The geyser cones of Yellowstone are made up of material called sinter — a form of silica precipitated from hot water. When looking at the sinter under a powerful microscope, strange forms are revealed that are related to some of the earliest life forms on Earth.
Yellowstone Lake measures about 20 miles long and 14 miles wide.
Selected hydrothermal features at Yellowstone National Park have data loggers that capture geyser eruption times. A systematic analysis of these data can reveal variations in geyser activity over time and between different geyser basins.
Visitors to Yellowstone National Park ask a lot of questions. So how do park rangers answer when they are asked, “Where is the volcano?”
Small hydrothermal explosions — steam blasts — are common at Yellowstone National Park, occurring every year or two. Most happen in the backcountry and are not observed by people. In 1989, however, Porkchop Geyser blew up right in front of several observers on an otherwise sunny September afternoon.
Yellowstone Volcano Observatory scientists investigate many aspects of the Yellowstone volcanic system, including the incredible geysers that are the highlight of any visit to the park. After witnessing a geyser eruption, many visitors begin to wonder about some aspects of these incredible phenomena. One question — “how tall was that?” — can be answered by anybody with a few simple tools.
Interested in knowing more about Yellowstone geyser, seismic and deformation activity in 2020? How about the results of research conducted by the Yellowstone Volcano Observatory? Look no further — the 2020 Yellowstone Volcano Observatory annual report is now online.
For Yellowstone science aficionados seeking updates on all things tectonic, volcanic and explosive, the Yellowstone Volcano Observatory has published its 2020 annual report.
Steamboat Geyser has been wowing visitors to Yellowstone National Park since March 2018. Seismic studies of the geyser and nearby Cistern Spring are now revealing details of the hydrothermal plumbing system that would not otherwise be known, possibly explaining why the geyser eruptions are the tallest in the world.
About 3,800 years ago Yellowstone National Park’s Lower Geyser Basin underwent a significant environmental change.
Yellowstone hosts thousands of thermal features which have diverse chemistries and origins. The most iconic features, like Old Faithful, have neutral to alkaline pH. Some Yellowstone features, however, can be acidic enough to break down the very rock that hosts them.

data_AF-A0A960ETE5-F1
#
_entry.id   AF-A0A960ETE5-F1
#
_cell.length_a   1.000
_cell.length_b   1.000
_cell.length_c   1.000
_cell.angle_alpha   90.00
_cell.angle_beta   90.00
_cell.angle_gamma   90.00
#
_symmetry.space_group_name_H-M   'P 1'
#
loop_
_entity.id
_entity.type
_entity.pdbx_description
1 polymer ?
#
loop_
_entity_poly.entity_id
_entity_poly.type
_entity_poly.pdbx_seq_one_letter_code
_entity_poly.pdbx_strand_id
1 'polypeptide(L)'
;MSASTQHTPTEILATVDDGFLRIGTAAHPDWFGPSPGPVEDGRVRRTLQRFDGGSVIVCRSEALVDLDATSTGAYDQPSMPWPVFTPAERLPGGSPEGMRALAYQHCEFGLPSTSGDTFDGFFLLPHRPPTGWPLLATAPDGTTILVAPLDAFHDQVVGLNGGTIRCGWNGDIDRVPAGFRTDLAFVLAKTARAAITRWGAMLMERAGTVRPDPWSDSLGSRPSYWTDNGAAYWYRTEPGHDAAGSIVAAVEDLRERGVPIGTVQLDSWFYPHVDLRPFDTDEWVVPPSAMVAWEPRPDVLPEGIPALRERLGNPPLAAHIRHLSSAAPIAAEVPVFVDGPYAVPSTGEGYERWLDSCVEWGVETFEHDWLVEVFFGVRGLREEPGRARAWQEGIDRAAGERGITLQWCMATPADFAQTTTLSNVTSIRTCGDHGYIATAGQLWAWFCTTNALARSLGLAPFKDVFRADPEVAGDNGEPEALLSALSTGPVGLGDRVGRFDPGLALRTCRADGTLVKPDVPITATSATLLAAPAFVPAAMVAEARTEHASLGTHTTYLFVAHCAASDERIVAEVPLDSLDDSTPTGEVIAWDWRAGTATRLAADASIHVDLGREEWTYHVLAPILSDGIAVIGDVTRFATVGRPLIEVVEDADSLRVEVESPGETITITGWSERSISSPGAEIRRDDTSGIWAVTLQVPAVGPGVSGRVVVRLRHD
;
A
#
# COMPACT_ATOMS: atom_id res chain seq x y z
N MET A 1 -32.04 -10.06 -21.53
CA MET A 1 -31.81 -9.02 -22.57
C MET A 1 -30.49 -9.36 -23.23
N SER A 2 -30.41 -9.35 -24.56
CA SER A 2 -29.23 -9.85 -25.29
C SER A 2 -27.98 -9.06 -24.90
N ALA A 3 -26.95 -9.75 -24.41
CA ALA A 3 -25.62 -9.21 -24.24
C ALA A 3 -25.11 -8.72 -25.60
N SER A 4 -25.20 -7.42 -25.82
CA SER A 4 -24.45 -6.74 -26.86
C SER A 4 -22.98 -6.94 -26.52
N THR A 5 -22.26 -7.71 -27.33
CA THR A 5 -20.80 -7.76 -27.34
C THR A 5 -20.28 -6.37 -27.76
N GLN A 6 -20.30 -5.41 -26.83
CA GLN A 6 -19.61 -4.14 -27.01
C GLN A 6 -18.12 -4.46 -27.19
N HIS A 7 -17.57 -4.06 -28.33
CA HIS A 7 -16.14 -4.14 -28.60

The tallest active geyser in the world has been erupting at a record pace since March 2018. Why are eruptions so energetic, what influences the intervals between eruptions, and why did Steamboat reactivate in the first place?
Although 2020 may not have been a great year for many of us, it was a pretty interesting year in Yellowstone National Park. With this first Yellowstone Caldera Chronicles article of the new year, let’s take the traditional look back at what happened in Yellowstone during the previous 12 months.
The largest geyser in Yellowstone National Park has been more active in the past two years than ever before.
Cooking chickens in a hot spring at Yellowstone National Park in Wyoming landed three people in hot water.
A swimming pool? At Old Faithful? Sounds crazy, but for nearly 40 years in the first half of the 20th century there was a geyser-heated bathhouse right next to the most iconic geyser in the world.
A team of scientists and storytellers will soon be creating futuristic murals to help Yellowstone National Park's visitors understand what the park will look like late this century.
Old Faithful is the most famous geyser in the world, but who named the iconic feature? And how does the current frequency of its eruptions compare to when it was first described?
A lightning-ignited wildfire was reported Saturday in Yellowstone National Park about 3 miles south of Old Faithful.
It’s a common misconception that all geysers and hot springs in Yellowstone are acidic. Some are, but the water that comes out of many of Yellowstone’s most iconic features, like Old Faithful and Grand Prismatic Spring, is actually basic. Why?
Thermal features are dangerous, and not all have been photographed diligently throughout the decades. Scientists have developed a kind of 3D photography to accurately capture the features.
Yellowstone Caldera Chronicles is a weekly column written by scientists and collaborators of the Yellowstone Volcano Observatory. This week's contribution is from Dakota Churchill, physical scientist with the U.S. Geological Survey and the University of California, Berkeley; Michael Manga, professor at the University of California, Berkeley; Shaul Hurwitz, research hydrologist with the USGS; Joe Licciardi, professor at the University of New Hampshire; and Jim Paces, research geologist at the USGS.
Yellowstone Caldera Chronicles is a weekly column written by scientists and collaborators of the Yellowstone Volcano Observatory. This week's contribution is from Annie Carlson, research coordinator at the Yellowstone Center for Resources, Yellowstone National Park.